Titchwell Marsh Coastal Change Project

This important project will protect freshwater habitats on Titchwell Marsh nature reserve from destruction due to erosion and rising sea levels.

Minsmere RSPB Reserve, Avocet chick Recurvirostra avosetta wading in shallow water


This important project will protect the vital freshwater habitats within our Titchwell Marsh nature reserve from destruction by the sea. In addition, it will compensate for the unavoidable loss of valuable brackish marsh habitat from this same reserve. The text below gives you a brief summary of the project; you can find out more by looking at the maps, publications and other documents in the Downloads section. 
Titchwell lies towards the western end of the beautiful North Norfolk coast. It forms a key part of the North Norfolk Coast Special Protection Area (SPA) - a 25 mile (40 km) long strip of land that has been identified under the EU's Birds Directive as one of the most important places for birds in the whole of Europe. In turn, this SPA is part of Natura 2000 - a unique, continent-wide network of key biodiversity areas that are managed to provide benefits for both wildlife and people.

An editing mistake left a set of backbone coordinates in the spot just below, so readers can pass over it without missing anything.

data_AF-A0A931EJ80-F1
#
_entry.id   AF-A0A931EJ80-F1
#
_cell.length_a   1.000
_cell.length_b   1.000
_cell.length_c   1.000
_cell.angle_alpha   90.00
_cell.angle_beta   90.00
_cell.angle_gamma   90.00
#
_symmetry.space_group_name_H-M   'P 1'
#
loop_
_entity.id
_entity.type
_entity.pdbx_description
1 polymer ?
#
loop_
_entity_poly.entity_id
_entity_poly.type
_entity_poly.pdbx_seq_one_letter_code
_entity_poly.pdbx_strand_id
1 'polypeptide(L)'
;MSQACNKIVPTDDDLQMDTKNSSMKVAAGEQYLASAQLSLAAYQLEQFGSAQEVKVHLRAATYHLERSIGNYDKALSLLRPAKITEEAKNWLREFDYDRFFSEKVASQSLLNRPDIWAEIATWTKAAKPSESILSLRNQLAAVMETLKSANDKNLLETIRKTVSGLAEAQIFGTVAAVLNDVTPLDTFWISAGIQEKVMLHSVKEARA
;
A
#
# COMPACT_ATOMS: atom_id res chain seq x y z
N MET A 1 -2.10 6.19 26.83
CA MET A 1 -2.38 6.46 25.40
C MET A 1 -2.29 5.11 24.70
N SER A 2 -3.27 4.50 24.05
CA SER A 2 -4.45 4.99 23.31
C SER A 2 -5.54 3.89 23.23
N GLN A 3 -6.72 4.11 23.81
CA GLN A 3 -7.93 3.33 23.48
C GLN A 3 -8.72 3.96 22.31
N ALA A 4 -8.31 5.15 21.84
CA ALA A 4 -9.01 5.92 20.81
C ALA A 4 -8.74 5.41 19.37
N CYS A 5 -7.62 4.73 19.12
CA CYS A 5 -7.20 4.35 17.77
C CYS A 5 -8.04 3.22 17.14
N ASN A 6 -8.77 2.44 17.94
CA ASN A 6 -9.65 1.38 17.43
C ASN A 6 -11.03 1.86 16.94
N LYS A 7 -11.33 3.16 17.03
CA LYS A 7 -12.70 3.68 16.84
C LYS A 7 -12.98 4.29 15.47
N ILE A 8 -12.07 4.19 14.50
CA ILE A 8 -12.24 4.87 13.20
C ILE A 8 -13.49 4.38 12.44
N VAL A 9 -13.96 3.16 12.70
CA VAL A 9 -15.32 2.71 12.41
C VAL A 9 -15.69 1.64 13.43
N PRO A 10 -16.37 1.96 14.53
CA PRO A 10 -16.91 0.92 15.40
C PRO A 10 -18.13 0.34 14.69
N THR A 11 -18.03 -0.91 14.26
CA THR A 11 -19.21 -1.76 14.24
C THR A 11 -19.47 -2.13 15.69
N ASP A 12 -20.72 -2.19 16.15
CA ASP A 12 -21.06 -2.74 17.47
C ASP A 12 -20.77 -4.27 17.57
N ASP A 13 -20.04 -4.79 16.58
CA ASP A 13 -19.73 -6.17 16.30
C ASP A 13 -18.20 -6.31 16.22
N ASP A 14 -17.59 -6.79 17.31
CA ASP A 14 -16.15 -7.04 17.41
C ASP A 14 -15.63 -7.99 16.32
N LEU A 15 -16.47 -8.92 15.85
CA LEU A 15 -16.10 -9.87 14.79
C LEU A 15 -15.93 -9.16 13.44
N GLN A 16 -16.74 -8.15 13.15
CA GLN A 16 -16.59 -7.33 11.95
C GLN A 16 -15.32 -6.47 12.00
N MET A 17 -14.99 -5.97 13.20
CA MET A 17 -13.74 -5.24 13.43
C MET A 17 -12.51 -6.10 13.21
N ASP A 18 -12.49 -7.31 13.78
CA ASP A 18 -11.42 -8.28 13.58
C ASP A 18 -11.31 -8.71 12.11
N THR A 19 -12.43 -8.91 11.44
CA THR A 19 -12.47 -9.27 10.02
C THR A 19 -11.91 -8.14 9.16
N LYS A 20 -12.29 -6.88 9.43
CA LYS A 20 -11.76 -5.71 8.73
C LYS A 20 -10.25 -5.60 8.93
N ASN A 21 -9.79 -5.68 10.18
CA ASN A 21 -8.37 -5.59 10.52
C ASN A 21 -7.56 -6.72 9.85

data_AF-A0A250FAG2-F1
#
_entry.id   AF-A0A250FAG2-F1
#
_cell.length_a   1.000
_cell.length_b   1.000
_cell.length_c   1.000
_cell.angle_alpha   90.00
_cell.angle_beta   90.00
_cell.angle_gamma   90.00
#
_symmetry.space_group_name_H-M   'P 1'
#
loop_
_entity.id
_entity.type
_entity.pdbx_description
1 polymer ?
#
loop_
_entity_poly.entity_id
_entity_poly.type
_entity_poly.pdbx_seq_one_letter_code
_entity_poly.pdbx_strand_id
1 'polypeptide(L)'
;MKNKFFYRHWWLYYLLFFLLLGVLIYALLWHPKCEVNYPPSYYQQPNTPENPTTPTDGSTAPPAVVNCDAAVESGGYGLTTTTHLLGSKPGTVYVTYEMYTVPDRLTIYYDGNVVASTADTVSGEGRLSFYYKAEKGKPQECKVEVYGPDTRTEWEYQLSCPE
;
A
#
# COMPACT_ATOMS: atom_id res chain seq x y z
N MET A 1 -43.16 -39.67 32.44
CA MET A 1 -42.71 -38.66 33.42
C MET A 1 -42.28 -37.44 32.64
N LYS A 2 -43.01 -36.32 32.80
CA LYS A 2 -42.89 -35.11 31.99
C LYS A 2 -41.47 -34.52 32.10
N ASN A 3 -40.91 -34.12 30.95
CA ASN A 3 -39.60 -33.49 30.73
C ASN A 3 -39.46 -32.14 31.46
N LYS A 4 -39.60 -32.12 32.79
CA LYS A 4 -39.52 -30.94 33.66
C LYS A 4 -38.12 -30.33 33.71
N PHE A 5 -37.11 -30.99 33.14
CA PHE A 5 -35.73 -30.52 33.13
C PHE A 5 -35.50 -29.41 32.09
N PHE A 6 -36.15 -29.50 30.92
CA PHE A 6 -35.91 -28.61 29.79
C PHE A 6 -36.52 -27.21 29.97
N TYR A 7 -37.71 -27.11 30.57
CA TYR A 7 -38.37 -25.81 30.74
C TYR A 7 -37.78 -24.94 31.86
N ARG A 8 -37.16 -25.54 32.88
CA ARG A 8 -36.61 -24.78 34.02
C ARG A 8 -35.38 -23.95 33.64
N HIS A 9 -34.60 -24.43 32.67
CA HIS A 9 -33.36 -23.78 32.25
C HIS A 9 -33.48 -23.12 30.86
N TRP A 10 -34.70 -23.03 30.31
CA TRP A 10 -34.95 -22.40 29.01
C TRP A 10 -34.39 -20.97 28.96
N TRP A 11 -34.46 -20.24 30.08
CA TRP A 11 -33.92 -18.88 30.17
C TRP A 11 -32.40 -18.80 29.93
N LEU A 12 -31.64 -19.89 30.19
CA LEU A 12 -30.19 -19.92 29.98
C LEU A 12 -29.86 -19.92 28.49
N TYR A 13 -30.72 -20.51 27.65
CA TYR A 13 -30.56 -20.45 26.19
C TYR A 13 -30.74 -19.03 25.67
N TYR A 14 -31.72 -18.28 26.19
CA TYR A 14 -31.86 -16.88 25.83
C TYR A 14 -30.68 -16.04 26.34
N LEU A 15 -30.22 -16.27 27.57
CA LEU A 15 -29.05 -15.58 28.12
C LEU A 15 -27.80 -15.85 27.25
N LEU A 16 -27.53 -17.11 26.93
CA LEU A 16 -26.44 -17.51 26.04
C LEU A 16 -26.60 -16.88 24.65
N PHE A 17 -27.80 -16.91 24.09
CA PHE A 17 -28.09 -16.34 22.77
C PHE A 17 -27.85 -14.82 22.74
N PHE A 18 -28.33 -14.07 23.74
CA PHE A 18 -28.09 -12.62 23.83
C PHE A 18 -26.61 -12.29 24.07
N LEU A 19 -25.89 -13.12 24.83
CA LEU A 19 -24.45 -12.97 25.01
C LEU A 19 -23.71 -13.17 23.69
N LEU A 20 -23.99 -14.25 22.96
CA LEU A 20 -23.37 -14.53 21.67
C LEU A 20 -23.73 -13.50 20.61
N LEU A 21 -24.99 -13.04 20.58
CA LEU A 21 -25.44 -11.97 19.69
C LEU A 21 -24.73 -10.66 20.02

The freshwater and brackish habitats at Titchwell are currently protected by seawalls. However, these walls will almost certainly fail within the next few years if nothing is done to prevent this. There are three main reasons for this:
  • Firstly, the coast at Titchwell is currently eroding and the mean high water mark is gradually moving landwards
  • Secondly, climate change is causing sea levels and storminess to increase
  • Thirdly, the wall system is not strong enough to cope with the increasing pressures that will be placed on it due to these two factors.
Failure of the wall system would result in the freshwater and brackish habitats at Titchwell gradually turning into tidal saltmarsh. This would greatly reduce the value of the reserve to many of the birds that currently use it.